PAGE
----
Monday March 9, 2009
8:20 - 10:00AM

Computational Aspects and Algorithms for Dynamic Spectrum Allocation

Dr. Vahid Tarokh
Harvard University
United States

 

 

 



Abstract

In many emerging wireless networks (such as ad hoc networks, cognitive radios, etc.), no central frequency allocation authority is available. This makes distributed frequency allocation an important but mostly unchartered territory in wireless networking. However, it is well-known that optimal dynamic frequency assignment is a computationally hard problem.

We will first discuss emerging applications for dynamic frequency allocation and then discuss the underlying computational issues. We then discuss some of the existing proposed solutions to dynamic frequency allocation in different contexts, such as methods based on graph coloring and iterative water filling. These approaches either excessively simplify the interference models, or are not fully decentralized, or require too much information exchange between autonomous entities, or suffer from all these shortcomings. Additionally, they are all too complex to implement.

Subsequently, for a specific class of networks, we disclose a simple, fully distributed, greedy asynchronous interference avoidance algorithm (GADIA) that requires neither any information exchange between autonomous devices, nor even any knowledge of the existence of other autonomous entities. The GADIA algorithm achieves performance close to that of a centralized optimal algorithm for this class of networks, and achieves about 90% of the Shannon capacities corresponding to the optimum/near-optimum centralized frequency band assignments. Additionally, it can be used in conjunction with any realistic wireless radio channel model such as those commonly employed in wireless standards.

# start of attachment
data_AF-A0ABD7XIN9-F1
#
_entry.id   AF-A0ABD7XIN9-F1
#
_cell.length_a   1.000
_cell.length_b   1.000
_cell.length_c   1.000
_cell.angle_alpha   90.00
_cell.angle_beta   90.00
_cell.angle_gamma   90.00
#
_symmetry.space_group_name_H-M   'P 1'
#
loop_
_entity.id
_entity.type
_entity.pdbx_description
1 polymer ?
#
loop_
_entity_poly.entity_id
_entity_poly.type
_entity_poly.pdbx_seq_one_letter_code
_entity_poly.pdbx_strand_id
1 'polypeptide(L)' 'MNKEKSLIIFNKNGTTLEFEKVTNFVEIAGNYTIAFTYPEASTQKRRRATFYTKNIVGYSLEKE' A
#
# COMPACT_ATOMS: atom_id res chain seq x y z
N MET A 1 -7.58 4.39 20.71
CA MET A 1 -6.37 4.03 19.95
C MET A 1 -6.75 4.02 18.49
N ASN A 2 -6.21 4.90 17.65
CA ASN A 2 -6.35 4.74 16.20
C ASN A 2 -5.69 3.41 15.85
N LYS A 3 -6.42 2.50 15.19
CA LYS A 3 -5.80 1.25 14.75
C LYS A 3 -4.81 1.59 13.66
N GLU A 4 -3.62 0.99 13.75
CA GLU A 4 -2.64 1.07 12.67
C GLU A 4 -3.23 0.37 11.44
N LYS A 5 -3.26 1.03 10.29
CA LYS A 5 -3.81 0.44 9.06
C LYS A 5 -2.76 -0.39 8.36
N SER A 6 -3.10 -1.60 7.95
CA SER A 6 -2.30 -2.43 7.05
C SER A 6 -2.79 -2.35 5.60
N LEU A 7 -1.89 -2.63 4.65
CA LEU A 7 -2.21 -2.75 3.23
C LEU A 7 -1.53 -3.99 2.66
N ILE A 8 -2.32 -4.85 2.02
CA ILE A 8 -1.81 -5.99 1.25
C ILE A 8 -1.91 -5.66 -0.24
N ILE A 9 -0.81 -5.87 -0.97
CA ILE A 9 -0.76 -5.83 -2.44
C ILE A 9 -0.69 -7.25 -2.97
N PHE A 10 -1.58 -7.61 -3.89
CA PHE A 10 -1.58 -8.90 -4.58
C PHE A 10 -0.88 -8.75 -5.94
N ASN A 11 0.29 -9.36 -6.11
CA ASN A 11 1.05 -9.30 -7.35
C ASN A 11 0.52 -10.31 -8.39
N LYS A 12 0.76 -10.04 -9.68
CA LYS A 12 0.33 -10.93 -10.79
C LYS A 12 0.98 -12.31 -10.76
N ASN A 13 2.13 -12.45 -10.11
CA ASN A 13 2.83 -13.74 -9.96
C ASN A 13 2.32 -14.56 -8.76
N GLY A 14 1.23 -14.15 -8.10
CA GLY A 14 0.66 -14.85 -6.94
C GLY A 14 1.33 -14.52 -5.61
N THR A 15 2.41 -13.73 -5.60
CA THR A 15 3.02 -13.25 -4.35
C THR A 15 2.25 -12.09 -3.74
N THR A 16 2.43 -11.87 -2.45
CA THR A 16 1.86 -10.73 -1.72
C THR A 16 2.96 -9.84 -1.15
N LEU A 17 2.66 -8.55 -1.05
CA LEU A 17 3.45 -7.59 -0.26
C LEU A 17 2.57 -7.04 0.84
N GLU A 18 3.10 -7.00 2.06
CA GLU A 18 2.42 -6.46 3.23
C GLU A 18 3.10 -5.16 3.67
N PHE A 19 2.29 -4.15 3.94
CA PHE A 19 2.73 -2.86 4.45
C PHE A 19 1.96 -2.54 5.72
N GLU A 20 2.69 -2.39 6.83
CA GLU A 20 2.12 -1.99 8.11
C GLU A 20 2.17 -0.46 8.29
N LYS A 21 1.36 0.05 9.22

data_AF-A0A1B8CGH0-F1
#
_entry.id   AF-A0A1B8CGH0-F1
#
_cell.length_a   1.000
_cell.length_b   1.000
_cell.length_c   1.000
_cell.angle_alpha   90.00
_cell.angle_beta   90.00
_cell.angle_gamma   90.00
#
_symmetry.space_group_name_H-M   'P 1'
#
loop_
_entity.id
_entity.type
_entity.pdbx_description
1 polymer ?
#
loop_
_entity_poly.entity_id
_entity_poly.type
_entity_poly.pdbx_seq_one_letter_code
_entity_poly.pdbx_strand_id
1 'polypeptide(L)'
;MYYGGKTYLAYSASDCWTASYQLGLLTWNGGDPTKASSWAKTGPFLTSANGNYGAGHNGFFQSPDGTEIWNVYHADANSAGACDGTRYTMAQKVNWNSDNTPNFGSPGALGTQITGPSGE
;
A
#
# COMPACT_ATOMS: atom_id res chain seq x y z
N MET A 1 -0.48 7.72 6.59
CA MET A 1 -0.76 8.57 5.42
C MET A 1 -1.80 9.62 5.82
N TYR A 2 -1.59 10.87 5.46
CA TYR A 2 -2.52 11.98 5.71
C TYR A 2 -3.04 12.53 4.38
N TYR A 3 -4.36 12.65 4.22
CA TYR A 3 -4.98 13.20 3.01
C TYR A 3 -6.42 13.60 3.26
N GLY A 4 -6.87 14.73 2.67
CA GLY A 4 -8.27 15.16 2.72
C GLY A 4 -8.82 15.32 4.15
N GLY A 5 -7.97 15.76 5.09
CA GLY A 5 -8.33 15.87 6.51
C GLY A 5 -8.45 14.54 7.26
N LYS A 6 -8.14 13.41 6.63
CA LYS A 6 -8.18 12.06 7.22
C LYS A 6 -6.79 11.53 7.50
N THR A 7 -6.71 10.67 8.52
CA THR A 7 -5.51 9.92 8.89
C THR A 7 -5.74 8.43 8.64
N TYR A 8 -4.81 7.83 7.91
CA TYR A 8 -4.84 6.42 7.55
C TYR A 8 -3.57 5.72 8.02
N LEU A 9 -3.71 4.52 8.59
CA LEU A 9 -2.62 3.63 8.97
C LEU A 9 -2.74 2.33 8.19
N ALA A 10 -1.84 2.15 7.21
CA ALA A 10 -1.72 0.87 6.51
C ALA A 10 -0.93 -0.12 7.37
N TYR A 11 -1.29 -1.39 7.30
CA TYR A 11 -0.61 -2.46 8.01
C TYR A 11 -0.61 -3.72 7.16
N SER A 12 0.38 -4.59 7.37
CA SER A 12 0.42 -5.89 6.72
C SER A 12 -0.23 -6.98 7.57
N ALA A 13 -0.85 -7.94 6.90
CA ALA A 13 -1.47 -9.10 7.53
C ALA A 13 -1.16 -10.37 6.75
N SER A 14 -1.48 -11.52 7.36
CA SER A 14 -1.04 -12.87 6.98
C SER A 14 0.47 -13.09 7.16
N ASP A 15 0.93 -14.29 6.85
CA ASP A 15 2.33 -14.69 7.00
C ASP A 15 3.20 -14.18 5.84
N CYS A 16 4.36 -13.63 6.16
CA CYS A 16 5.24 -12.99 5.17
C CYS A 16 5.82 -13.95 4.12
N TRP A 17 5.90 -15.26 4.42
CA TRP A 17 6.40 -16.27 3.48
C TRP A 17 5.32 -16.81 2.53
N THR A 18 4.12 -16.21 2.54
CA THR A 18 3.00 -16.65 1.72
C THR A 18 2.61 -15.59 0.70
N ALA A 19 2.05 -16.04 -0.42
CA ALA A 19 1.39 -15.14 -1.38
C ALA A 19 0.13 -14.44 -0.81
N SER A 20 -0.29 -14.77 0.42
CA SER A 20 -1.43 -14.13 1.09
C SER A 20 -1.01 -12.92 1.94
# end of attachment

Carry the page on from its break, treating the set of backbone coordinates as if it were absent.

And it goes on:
We prove the convergence of the GADIA algorithm to a sub-optimal solution, and develop performance bounds showing that this sub-optimal solution is near-optimal under various practical node activity models. In particular, using stochastic analysis, we introduce a framework to analyze the performance of the GADIA in the presence of time-varying activity rates of clusters. This framework opens the possibilities of both open loop and closed loop stochastic control to improve the performance of distributed frequency allocation. Extension of Gadia to more general networks and addressing the underlying computational problems remain an open problem.

This is a joint work with Behtash Babadi.

Speaker's Bio
Dr. Vahid Tarokh worked at AT&T Labs-Research and AT&T wireless services until August 2000, where he was the head of the Department of Wireless Communications and Signal Processing. In September 2000, he joined Department of Electrical Engineering and Computer Sciences (EECS) at MIT as an associate professor. In June 2002, he joined Harvard University as a Gordon McKay Professor of Electrical Engineering . Since July 2005, he is a Hammond Vinton Hayes Senior Fellow of Electrical Engineering at Harvard University, and a Perkins professor. His research is mainly focused in the areas of Signal processing, Communications (wireline and wireless) and Networking. He has received a number of awards and holds 2 honorary degrees.

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Wednesday March 11, 2009
8:20 - 10:00AM

Astronomy in Hawaii: Exploring Our Universe with the Largest Telescopes in the World